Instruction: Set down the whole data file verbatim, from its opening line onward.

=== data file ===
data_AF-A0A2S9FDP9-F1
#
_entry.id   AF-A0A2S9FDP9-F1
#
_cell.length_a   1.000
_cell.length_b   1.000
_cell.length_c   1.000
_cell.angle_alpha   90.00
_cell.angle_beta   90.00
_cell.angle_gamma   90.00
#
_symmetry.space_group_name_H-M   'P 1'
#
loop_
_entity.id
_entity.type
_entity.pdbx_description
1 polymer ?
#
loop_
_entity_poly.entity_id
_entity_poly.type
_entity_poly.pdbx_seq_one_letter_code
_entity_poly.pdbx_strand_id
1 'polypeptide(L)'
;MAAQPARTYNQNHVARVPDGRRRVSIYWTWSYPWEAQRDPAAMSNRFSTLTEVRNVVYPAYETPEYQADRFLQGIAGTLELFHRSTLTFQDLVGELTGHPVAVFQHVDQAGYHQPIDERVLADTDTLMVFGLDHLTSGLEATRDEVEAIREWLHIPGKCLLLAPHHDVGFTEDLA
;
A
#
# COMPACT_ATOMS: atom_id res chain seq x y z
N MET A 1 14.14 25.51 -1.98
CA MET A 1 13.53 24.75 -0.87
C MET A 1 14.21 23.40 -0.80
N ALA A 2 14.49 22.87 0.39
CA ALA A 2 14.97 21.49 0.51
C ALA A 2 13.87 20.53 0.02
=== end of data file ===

data_AF-A0A2S9FDP9-F1
#
_entry.id   AF-A0A2S9FDP9-F1
#
_cell.length_a   1.000
_cell.length_b   1.000
_cell.length_c   1.000
_cell.angle_alpha   90.00
_cell.angle_beta   90.00
_cell.angle_gamma   90.00
#
_symmetry.space_group_name_H-M   'P 1'
#
loop_
_entity.id
_entity.type
_entity.pdbx_description
1 polymer ?
#
loop_
_entity_poly.entity_id
_entity_poly.type
_entity_poly.pdbx_seq_one_letter_code
_entity_poly.pdbx_strand_id
1 'polypeptide(L)'
;MAAQPARTYNQNHVARVPDGRRRVSIYWTWSYPWEAQRDPAAMSNRFSTLTEVRNVVYPAYETPEYQADRFLQGIAGTLELFHRSTLTFQDLVGELTGHPVAVFQHVDQAGYHQPIDERVLADTDTLMVFGLDHLTSGLEATRDEVEAIREWLHIPGKCLLLAPHHDVGFTEDLA
;
A
#
# COMPACT_ATOMS: atom_id res chain seq x y z
N MET A 1 14.14 25.51 -1.98
CA MET A 1 13.53 24.75 -0.87
C MET A 1 14.21 23.40 -0.80
N ALA A 2 14.49 22.87 0.39
CA ALA A 2 14.97 21.49 0.51
C ALA A 2 13.87 20.53 0.02